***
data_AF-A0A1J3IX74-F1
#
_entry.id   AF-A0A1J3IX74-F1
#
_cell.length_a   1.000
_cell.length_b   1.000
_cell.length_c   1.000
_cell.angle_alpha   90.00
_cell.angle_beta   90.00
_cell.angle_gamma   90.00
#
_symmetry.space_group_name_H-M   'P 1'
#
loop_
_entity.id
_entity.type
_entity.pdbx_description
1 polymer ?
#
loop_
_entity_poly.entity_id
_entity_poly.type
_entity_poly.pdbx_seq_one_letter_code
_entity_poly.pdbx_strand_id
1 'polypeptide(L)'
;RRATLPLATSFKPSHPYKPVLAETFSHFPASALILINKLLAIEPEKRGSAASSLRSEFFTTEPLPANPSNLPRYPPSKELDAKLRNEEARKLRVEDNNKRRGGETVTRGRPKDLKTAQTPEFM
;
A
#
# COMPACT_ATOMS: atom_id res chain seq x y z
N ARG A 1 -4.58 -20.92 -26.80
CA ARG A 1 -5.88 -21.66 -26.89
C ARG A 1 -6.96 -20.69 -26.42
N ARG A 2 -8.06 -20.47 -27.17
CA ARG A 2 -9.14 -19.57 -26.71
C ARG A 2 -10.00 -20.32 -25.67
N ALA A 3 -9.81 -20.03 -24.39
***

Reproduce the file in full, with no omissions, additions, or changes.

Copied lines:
data_AF-A0A1J3IX74-F1
#
_entry.id   AF-A0A1J3IX74-F1
#
_cell.length_a   1.000
_cell.length_b   1.000
_cell.length_c   1.000
_cell.angle_alpha   90.00
_cell.angle_beta   90.00
_cell.angle_gamma   90.00
#
_symmetry.space_group_name_H-M   'P 1'
#
loop_
_entity.id
_entity.type
_entity.pdbx_description
1 polymer ?
#
loop_
_entity_poly.entity_id
_entity_poly.type
_entity_poly.pdbx_seq_one_letter_code
_entity_poly.pdbx_strand_id
1 'polypeptide(L)'
;RRATLPLATSFKPSHPYKPVLAETFSHFPASALILINKLLAIEPEKRGSAASSLRSEFFTTEPLPANPSNLPRYPPSKELDAKLRNEEARKLRVEDNNKRRGGETVTRGRPKDLKTAQTPEFM
;
A
#
# COMPACT_ATOMS: atom_id res chain seq x y z
N ARG A 1 -4.58 -20.92 -26.80
CA ARG A 1 -5.88 -21.66 -26.89
C ARG A 1 -6.96 -20.69 -26.42
N ARG A 2 -8.06 -20.47 -27.17
CA ARG A 2 -9.14 -19.57 -26.71
C ARG A 2 -10.00 -20.32 -25.67
N ALA A 3 -9.81 -20.03 -24.39